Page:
We’ve all been spending a lot of time at home recently, and this past term the kids have been back at home again. By this point, with the best intentions of Lockdown 1 being a distant memory, you may be struggling to stick to a routine with your kids, or give them enough structure in their day. That’s why we’ve got some tips to help you keep a daily routine with your kids at home, whether that’s working from home or home schooling or during the holidays.
The first thing to do is to totally throw out any expectations you’ve given yourself by seeing other people’s perfect home school life on social media. Ignore what everyone else is doing and don’t compare yourself. Just because their routine looks great, it doesn’t mean it would work for your family and it doesn’t mean they’re not struggling as much as you behind the scenes. Make sure to create a routine that works for you personally.
With no travel, it can be very tempting to stay in bed until the very last minute, but this can make the mornings feel rushed and pressured. Make sure to get up at the same time as you usually would if working or doing the school run. Get yourself and your children properly dressed, don’t stay in your pyjamas.
If this gives you some extra time in the mornings without any commute to work or school, that’s a great opportunity to spend some extra time as a family – sit down together for breakfast or do some light exercise such as yoga.
Draw up a set of goals for the day to give everyone something to aim towards and provide structure to the day ahead. Don’t overwhelm yourself but write up a list of accomplishable tasks and chores to do throughout the day. Try to pick a couple of chores the kids can help you with so they also have some goals to complete throughout the day and something to aim for – this is particularly great if you’ve got a chalkboard or white board, so everyone can see what they need to get done.
Cultivate daily tasks for the kids, some small responsibilities that they can take on. Perhaps get some plants so your children can take turns watering them. If you’ve got a pet, hand the feeding responsibilities over to your child. If they’ve got a task that they need to remember to do at the same time every day, this can help to give them some structure.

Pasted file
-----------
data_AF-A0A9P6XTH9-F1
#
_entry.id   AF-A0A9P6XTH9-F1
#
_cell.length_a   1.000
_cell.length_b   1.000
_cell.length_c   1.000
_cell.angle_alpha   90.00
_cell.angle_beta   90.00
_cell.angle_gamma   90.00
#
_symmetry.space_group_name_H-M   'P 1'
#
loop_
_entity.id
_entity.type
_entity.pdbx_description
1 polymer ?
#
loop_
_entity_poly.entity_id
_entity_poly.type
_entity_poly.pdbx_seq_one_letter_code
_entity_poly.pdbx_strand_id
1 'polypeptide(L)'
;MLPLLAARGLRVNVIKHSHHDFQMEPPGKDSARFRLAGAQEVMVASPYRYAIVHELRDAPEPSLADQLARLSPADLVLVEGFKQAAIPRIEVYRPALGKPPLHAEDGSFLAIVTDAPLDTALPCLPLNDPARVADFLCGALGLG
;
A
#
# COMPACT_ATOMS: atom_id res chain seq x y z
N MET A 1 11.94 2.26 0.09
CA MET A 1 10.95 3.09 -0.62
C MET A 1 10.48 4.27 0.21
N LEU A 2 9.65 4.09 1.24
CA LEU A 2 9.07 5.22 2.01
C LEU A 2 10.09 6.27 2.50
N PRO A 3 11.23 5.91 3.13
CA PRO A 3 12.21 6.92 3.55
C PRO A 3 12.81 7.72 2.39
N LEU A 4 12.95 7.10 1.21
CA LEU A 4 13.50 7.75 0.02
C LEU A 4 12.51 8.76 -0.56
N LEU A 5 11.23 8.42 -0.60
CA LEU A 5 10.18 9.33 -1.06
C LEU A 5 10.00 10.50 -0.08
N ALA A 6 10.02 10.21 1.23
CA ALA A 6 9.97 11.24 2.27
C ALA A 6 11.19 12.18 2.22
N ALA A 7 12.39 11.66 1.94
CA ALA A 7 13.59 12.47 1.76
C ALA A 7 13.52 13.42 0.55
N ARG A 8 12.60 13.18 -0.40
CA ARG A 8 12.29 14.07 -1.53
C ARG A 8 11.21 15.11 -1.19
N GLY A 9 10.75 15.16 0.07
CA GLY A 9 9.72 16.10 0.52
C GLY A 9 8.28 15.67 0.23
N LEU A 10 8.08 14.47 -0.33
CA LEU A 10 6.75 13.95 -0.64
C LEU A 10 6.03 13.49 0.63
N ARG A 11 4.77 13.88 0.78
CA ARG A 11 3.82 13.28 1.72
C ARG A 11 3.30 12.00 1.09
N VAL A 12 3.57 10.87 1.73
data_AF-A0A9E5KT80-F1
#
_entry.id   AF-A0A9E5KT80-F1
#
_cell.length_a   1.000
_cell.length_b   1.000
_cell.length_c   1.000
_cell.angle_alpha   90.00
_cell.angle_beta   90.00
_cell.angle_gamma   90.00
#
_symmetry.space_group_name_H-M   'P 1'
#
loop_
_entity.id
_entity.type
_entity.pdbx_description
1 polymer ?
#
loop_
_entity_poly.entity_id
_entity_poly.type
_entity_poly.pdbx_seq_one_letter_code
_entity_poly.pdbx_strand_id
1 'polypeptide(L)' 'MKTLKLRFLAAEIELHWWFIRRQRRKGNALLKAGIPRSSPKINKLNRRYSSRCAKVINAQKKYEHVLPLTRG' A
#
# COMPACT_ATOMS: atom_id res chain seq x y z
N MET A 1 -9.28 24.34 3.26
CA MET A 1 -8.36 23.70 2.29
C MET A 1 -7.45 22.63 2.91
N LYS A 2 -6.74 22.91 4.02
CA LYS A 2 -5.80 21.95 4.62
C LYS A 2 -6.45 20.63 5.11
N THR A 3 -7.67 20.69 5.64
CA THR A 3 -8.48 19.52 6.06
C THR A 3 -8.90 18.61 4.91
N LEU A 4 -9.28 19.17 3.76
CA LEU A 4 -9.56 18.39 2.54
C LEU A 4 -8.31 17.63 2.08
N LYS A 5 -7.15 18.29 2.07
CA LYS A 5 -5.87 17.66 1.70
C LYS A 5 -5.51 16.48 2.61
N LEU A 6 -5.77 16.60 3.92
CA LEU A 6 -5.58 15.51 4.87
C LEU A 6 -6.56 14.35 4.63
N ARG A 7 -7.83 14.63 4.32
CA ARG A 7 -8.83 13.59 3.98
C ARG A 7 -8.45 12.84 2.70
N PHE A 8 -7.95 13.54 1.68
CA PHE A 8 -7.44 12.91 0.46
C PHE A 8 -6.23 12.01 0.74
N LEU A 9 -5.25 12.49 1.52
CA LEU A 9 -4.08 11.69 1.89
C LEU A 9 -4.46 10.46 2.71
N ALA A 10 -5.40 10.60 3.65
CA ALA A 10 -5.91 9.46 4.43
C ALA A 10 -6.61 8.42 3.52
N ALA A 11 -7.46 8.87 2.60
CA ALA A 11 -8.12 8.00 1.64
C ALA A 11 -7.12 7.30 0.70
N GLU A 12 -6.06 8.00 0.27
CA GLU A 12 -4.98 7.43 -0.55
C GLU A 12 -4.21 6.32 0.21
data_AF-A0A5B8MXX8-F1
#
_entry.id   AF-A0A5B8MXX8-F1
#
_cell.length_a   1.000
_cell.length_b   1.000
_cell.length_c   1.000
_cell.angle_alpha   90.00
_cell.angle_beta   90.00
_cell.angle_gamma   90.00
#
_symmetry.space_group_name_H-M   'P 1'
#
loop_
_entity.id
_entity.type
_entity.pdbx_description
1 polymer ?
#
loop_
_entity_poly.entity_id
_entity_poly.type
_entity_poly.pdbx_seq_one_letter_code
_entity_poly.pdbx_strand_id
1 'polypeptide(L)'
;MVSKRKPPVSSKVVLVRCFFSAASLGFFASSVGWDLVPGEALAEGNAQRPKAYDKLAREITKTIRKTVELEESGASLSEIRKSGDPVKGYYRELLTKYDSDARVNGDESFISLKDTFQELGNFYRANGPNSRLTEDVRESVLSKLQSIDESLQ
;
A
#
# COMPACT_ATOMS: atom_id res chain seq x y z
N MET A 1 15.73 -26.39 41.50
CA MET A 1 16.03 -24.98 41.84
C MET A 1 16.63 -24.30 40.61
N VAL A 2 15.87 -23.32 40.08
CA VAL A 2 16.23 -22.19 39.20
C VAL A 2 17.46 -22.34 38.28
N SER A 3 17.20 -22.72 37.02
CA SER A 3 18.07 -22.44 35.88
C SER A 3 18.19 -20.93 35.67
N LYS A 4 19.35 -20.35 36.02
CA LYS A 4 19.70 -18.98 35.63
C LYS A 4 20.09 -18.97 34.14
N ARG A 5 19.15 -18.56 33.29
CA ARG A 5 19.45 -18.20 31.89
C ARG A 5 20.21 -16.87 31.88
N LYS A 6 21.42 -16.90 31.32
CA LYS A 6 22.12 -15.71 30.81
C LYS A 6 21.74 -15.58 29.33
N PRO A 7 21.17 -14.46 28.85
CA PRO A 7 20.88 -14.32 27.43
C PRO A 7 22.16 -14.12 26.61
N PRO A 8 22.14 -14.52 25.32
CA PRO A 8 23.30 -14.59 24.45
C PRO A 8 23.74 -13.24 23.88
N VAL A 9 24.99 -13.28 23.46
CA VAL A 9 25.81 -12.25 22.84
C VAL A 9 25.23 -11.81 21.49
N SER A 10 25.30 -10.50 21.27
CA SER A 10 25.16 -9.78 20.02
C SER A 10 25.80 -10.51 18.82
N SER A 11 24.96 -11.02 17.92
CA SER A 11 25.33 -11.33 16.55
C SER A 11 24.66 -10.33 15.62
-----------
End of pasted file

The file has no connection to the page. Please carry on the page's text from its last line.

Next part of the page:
A key part of forming a good at home routine is to make sure your day is divided into separate chunks. Have a separate morning routine, then a school routine, a distinct lunch time, some activity/homework/chore time in the afternoon. In the evening after dinner, make sure to have a separate bedtime routine with baths and reading time. It’s important when spending most of the day inside your home to not let different sections of the day run into each other – particularly with work. Don’t open your computer until it’s time to work, and when work is over be sure to close your computer and set boundaries so you’re not dragging work into your children’s evenings just because all your work is happening at home.
If you’re able to, it’s really great to make sure your work and school area is in a separate place to where your downtime happens. This is so you and the kids can walk away from your work and not feel like you’re still stuck in the classroom/office. If this isn’t possible, spend a few minutes at the end of the day tidying away school and work things, so that again, you can create distance between your work and downtime.
If you can, it’s really beneficial to make sure you and the children leave your house every day, just for some fresh air and exercise. This can help to control the cabin fever, give you all an opportunity to use up some energy, and give yourself a change of scenery. Even if this is just a short walk, or a quick trip to the park so the kids can run, that’s great. There doesn’t need to be a destination, just get away from screens and devices and out of the house.